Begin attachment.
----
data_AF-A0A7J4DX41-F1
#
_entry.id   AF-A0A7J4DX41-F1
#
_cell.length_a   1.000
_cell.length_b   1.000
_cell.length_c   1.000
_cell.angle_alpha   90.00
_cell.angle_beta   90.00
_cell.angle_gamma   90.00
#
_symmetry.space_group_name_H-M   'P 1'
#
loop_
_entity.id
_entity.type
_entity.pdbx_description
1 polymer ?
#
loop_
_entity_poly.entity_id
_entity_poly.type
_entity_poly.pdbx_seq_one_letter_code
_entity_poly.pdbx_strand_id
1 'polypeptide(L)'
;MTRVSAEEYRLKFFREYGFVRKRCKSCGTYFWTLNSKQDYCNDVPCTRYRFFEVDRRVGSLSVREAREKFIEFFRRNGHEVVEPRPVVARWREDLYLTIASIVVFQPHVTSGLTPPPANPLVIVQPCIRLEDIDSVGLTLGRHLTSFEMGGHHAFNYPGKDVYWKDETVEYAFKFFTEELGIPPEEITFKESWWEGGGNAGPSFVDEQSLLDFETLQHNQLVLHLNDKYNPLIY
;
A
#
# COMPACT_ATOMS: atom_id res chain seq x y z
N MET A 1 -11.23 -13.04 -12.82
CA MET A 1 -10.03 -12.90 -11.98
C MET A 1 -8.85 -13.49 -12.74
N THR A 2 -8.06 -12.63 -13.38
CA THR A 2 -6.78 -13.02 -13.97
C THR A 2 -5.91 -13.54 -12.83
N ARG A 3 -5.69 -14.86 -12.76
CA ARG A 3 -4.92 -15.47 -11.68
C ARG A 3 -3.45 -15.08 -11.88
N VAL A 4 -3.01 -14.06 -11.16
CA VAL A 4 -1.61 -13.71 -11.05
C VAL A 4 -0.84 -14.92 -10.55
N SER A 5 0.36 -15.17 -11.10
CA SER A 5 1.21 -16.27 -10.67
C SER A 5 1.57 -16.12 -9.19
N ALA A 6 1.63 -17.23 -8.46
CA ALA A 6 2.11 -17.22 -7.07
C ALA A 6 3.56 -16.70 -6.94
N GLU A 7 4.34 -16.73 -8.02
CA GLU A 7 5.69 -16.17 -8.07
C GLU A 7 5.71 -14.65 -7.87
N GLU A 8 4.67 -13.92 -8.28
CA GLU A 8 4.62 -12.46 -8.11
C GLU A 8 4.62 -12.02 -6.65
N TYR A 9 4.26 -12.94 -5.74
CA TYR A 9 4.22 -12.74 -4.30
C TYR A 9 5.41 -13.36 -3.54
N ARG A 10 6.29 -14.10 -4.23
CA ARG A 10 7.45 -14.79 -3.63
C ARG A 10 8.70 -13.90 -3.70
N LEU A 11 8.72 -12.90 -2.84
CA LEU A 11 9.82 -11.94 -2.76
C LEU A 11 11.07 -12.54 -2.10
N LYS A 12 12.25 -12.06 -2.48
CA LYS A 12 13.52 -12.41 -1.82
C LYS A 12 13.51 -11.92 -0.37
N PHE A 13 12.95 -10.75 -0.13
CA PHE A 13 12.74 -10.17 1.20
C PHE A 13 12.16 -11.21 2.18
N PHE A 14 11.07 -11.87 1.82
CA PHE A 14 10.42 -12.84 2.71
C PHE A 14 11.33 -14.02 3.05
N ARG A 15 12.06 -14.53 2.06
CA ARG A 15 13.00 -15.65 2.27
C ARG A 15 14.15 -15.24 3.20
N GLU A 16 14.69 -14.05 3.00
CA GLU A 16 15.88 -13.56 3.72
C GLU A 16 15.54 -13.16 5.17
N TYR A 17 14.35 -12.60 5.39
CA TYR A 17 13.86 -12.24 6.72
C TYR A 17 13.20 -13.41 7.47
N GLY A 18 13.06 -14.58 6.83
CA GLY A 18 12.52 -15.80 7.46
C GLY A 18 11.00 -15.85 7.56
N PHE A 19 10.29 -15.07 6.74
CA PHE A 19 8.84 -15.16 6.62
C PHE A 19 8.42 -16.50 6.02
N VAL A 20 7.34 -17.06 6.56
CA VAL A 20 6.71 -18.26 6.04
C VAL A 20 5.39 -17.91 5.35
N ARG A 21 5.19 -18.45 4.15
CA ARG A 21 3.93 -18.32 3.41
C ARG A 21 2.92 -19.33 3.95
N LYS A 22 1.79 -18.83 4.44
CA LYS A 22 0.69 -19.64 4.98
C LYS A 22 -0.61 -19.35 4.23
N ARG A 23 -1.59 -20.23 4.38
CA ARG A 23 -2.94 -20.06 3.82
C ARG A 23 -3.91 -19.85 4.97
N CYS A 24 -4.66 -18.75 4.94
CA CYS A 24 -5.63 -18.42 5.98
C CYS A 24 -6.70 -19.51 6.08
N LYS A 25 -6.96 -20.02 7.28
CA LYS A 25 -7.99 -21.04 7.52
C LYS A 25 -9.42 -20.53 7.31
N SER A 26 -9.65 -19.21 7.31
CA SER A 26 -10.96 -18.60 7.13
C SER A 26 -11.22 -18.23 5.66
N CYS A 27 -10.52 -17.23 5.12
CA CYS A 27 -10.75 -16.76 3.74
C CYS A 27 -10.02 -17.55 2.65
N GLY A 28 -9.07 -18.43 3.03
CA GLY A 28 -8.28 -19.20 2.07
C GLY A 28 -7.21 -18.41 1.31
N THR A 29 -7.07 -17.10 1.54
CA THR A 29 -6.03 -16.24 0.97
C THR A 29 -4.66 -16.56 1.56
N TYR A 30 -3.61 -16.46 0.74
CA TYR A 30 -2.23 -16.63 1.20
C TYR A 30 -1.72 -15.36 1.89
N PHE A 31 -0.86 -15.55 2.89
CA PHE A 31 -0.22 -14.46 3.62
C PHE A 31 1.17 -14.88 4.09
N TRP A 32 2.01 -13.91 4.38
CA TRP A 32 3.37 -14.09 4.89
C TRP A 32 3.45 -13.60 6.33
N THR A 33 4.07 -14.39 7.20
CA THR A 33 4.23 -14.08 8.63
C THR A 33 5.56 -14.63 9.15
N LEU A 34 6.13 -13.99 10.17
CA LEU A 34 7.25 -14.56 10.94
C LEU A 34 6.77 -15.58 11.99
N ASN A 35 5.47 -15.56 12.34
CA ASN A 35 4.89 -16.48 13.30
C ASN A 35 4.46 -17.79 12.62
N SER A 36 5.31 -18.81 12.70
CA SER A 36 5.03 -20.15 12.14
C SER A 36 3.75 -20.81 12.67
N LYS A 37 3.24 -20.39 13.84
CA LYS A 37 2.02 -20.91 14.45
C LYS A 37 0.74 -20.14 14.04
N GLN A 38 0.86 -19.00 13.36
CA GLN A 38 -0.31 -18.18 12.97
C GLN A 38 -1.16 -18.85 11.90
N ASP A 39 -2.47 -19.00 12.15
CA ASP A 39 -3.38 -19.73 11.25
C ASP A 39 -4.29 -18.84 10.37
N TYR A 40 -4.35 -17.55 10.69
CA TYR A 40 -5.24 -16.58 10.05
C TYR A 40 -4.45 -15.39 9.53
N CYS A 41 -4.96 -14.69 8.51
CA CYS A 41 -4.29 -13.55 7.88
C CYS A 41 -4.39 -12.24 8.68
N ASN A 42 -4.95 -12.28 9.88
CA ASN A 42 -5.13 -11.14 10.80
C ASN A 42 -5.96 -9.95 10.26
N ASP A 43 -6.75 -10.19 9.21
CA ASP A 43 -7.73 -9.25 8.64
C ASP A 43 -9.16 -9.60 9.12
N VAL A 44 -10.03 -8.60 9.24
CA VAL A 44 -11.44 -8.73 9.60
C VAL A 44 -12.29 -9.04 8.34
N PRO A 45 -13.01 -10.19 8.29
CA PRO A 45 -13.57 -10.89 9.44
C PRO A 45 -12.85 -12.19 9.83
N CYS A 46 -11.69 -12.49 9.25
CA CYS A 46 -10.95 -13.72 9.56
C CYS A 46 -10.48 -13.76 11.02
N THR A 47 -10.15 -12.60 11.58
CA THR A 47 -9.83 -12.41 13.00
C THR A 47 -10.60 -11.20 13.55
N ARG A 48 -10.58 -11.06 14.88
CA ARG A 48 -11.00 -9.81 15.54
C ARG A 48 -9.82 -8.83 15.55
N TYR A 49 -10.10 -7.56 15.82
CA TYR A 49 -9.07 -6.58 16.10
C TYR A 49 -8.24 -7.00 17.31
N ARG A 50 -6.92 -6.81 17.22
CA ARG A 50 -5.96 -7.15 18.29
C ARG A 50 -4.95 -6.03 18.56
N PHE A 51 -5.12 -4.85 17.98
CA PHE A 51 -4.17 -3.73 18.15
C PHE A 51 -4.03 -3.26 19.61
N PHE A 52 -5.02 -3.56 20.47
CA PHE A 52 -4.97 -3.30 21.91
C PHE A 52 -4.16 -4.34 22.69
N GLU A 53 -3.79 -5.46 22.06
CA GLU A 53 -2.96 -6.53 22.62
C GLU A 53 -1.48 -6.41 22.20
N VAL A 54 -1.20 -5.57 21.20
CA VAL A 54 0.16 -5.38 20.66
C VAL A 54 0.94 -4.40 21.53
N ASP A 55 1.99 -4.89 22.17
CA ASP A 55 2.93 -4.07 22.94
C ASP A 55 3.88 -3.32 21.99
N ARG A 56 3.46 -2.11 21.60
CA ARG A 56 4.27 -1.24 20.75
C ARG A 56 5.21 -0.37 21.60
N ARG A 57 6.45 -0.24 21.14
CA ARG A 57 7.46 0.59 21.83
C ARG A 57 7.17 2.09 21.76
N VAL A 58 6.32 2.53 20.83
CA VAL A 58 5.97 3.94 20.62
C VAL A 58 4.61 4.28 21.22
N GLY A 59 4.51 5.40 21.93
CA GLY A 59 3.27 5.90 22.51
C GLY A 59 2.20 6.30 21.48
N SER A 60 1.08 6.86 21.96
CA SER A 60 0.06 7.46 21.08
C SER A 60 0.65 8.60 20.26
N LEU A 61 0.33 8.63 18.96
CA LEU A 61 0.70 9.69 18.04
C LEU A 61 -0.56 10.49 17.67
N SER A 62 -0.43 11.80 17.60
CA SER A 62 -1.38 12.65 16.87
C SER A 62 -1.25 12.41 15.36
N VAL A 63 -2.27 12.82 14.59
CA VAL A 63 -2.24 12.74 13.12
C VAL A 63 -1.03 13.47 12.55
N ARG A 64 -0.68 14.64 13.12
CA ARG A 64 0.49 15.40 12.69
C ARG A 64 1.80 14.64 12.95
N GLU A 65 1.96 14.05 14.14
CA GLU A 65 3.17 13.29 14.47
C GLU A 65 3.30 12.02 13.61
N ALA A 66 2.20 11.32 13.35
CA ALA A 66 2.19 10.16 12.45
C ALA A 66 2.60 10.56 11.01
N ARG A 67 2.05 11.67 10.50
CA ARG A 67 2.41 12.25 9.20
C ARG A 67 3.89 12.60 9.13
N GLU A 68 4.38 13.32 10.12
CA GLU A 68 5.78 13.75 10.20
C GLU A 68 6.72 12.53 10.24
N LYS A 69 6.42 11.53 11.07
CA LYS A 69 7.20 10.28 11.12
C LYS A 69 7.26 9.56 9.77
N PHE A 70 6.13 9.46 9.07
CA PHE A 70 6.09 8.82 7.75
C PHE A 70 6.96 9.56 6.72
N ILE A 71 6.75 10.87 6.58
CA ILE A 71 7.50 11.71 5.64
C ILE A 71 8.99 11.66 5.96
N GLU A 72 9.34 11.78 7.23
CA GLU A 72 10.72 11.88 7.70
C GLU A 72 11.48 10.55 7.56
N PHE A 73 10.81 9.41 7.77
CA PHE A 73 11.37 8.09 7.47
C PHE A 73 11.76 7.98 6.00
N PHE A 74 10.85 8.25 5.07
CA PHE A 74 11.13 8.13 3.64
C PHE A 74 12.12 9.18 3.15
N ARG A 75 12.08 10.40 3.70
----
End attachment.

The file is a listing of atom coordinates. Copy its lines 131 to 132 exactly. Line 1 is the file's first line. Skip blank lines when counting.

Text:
CA LEU A 34 7.25 -14.56 10.94
C LEU A 34 6.77 -15.58 11.99